Kenya - Politics, government, and taxation

The legislative branch of the Kenyan government consists of a unicameral National Assembly (bunge), whose representatives are elected by popular vote to serve 5-year terms. The executive branch consists of a chief of state who is both president and head of government. The president is elected by popular vote by members of the National Assembly. The president, in turn, selects a cabinet. The judicial branch comprises a Court of Appeal, a chief justice appointed by the president, and a High Court. The legal system is a complex hybrid of English common law, tribal law, and Islamic law. The military is more or less apolitical, and Kenya boasts one of the most stable political histories in all of east Africa. This record was slightly marred in the early 1990s, when serious ethnic clashes killed thousands and left tens of thousands homeless.

Although KANU, dominated mostly by the Kikuyu and Luo ethnic groups, initially claimed to be socialist, it has long since abandoned this pretense. Indeed, according to Vincent B. Khapoya, author of the African Experience, even in the earliest years of Kenyan independence, KANU promoted capitalist policies. During this period, KANU, which replaced the ethnic federalism of the original post-independence constitution with centralization, banned its major opposition party, the Kenya People's Union (KPU), thereby creating a de facto (in practice) one-party state. In 1982, KANU constitutionally declared a de jure (on paper) one-party state, claiming that this was needed to decisively avoid the effects of "tribalism" (ethnic conflict), supposedly engendered by multiparty politics. Despite the reintroduction of multiparty politics in 1992, the government of Kenya has been headed by the KANU leader, Daniel arap Moi, since the death of Kenyatta in 1978. Moi is currently serving his last constitutional term in office, which is scheduled to end in January 2003.

Some of the other major political parties represented in the National Assembly include the Democratic Party of Kenya (DP), the Social Democratic Party (SDP), the National Development Party (NDP), Forum for the Restoration Democracy-Kenya (FORD-K), and SAFINA. The CIA World Factbook 2000 states that most opposition parties in Kenya are divided along ethnic lines, a factor which enabled KANU to win the 1997 elections despite its failure to garner the majority of votes.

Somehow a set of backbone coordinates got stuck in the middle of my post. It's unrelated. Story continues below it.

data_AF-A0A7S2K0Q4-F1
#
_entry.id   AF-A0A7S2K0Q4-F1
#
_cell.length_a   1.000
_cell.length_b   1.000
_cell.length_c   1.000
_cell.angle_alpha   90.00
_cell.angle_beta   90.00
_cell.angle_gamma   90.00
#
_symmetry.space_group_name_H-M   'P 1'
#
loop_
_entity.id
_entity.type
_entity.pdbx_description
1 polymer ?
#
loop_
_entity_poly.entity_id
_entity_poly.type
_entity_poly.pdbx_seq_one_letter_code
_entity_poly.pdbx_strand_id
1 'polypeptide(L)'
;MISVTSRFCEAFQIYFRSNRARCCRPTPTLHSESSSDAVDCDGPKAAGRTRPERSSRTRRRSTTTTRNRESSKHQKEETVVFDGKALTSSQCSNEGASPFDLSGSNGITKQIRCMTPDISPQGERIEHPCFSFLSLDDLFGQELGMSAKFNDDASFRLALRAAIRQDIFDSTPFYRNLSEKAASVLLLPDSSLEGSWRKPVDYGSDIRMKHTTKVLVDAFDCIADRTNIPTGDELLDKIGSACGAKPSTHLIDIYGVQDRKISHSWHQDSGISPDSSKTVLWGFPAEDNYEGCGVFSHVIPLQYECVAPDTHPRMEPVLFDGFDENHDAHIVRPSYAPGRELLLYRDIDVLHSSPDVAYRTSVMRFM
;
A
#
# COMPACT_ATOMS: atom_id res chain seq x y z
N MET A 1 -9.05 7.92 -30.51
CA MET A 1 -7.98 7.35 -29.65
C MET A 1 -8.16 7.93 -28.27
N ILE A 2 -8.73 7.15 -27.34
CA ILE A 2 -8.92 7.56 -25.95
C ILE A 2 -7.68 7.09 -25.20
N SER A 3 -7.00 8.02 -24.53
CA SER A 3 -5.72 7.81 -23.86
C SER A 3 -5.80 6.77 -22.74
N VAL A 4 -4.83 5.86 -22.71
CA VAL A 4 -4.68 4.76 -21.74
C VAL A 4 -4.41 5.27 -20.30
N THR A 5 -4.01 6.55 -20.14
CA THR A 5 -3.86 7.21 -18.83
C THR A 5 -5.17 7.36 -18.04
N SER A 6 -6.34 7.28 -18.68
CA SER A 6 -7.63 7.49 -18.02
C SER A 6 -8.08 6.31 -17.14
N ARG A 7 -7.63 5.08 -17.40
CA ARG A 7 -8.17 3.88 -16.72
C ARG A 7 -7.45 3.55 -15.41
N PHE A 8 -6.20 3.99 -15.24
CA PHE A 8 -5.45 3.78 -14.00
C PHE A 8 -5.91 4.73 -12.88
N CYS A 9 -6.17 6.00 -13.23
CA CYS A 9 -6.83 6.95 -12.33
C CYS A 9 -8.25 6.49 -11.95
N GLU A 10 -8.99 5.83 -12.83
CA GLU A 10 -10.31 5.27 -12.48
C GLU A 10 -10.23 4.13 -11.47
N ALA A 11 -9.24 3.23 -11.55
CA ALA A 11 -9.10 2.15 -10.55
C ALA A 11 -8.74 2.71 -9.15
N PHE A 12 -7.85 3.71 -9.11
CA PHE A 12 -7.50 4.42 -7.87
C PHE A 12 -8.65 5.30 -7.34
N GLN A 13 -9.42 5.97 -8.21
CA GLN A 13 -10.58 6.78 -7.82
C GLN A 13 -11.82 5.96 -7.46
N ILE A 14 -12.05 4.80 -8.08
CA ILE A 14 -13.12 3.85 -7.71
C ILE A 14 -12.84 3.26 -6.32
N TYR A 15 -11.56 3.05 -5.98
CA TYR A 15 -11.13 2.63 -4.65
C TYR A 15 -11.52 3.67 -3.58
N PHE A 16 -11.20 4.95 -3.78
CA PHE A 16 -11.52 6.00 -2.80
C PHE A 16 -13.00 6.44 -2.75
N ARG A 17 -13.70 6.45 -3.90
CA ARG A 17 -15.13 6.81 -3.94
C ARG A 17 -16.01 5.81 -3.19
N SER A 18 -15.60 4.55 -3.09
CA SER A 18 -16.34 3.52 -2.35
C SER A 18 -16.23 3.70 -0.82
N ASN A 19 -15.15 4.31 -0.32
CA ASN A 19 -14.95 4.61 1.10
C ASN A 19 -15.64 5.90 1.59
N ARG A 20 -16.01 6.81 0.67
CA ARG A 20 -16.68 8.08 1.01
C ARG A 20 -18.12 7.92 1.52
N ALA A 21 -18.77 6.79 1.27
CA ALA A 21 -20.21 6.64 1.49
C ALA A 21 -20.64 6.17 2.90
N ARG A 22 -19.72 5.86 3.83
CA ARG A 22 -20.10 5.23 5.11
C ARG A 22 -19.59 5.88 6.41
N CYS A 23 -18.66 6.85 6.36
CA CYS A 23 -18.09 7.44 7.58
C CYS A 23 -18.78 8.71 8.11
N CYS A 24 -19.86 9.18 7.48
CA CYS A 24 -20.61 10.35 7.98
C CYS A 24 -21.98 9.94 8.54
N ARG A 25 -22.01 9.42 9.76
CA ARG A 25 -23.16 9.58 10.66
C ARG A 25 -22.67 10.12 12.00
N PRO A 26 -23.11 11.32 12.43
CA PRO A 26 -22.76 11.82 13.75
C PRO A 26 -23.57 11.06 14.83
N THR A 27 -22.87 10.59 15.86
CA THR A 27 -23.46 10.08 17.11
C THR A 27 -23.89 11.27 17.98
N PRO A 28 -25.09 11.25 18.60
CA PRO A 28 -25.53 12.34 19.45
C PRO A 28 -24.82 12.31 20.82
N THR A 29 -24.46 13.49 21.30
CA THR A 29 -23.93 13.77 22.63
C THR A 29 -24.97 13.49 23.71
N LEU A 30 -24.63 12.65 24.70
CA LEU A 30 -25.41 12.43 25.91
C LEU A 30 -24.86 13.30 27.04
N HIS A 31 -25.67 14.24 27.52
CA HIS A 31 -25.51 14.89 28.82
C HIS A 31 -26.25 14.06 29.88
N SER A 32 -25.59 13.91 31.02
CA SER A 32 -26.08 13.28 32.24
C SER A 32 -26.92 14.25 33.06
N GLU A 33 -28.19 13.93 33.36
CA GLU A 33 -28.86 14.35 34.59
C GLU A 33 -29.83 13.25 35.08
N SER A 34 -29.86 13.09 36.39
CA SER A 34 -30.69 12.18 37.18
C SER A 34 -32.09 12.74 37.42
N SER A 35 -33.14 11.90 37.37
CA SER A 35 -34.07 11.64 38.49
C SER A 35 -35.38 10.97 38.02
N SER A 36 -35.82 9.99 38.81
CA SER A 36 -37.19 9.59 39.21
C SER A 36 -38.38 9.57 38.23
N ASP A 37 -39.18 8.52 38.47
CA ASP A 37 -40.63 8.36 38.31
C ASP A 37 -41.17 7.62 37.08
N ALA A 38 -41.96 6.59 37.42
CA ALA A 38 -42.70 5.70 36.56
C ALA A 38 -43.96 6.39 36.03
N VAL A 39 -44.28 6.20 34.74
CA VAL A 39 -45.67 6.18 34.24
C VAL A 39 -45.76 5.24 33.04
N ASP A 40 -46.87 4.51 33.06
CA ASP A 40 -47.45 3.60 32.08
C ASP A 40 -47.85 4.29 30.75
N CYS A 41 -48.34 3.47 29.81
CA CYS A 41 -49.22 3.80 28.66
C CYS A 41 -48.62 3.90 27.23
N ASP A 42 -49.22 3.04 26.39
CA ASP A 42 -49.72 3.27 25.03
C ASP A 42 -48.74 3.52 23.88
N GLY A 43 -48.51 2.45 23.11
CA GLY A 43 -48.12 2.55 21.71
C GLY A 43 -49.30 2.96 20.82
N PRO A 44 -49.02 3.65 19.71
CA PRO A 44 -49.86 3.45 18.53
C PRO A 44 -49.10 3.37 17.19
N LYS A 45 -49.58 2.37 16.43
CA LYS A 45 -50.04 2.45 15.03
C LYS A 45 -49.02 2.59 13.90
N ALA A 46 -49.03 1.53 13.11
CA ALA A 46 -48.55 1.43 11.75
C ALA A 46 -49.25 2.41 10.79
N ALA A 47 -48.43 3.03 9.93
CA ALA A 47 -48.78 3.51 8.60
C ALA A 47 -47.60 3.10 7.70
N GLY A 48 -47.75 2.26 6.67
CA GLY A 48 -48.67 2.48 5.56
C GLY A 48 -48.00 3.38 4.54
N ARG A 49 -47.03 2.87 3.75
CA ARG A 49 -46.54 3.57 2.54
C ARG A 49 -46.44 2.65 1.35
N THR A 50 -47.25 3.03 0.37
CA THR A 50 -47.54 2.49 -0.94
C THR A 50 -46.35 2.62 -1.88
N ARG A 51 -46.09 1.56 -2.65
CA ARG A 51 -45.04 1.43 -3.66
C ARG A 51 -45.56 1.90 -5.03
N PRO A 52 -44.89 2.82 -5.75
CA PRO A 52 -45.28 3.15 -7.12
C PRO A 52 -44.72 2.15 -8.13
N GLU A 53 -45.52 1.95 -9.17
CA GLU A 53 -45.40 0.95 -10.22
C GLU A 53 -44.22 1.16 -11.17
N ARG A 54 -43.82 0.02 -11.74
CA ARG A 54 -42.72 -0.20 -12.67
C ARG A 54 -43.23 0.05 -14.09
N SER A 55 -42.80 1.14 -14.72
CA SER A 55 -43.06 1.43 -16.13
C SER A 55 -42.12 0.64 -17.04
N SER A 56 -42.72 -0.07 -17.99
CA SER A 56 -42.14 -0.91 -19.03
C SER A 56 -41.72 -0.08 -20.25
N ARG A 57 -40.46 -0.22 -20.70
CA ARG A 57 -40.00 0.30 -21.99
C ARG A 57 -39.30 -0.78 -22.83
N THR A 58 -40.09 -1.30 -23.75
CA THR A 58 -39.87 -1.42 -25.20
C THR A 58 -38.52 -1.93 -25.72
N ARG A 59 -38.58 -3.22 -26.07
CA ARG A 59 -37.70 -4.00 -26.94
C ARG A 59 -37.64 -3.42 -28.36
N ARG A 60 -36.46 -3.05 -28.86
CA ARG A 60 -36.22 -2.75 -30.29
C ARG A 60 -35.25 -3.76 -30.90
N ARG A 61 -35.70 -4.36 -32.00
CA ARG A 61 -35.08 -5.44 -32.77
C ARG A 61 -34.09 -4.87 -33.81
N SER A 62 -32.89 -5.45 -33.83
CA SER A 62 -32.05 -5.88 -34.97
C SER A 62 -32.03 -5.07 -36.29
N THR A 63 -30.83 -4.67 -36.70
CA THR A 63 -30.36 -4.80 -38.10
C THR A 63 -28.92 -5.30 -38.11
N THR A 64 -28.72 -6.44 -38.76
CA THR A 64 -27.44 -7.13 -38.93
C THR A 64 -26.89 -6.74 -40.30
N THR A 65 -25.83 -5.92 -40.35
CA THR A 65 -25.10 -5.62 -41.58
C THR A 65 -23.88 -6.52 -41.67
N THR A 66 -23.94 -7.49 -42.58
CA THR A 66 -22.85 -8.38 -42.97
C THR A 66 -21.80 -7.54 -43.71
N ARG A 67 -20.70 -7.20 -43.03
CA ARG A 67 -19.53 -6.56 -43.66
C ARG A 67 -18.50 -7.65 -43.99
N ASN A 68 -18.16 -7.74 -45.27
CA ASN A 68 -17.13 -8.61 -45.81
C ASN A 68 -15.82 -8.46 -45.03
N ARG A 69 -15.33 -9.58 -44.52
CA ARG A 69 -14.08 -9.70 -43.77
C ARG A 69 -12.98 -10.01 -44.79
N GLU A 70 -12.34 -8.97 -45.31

Tax revenue, which accounted for 86.6 percent (KSh129,230) of government revenue in 1997, is the largest source of government income. The 3 largest sources of tax revenue, in turn, are taxes on goods and services, taxes on income and profits, and taxes on international trade. Each respectively accounted for 37 percent (KSh55,279), 33 percent (KSh49,266), and 15.3 percent (KSh22,773) of government revenue in 1997. Non-tax revenue only accounted for 13.4 percent of government income in the same year.

Taxes on companies in Kenya are set at the relatively high rate of 32.5 percent for resident companies and 40 percent for nonresident companies, though certain deductions and exemptions do apply. The income tax system is based on an annual pay-as-you-earn (PAYE) scheme in which a person is taxed progressively on sums of KSh90,240, beginning at 10 percent on the first KSh90,240, and ending at 32.5 percent on the sixth sum of KSh451,200. Those that make less than KSh90,240 are effectively exempted from income taxation. Moreover, a second pro-poor taxation policy includes the exemption of unprocessed agricultural products and processed foodstuffs from the standard value-added tax (VAT) rate of 17 percent on all goods. Some excise tax rates, however, such as the rate of 135 percent on cigarettes and tobacco products, and the 95 percent rate on light beer, are set at extremely high rates. Consequently, these commodities are confined to the enjoyment of the wealthy.

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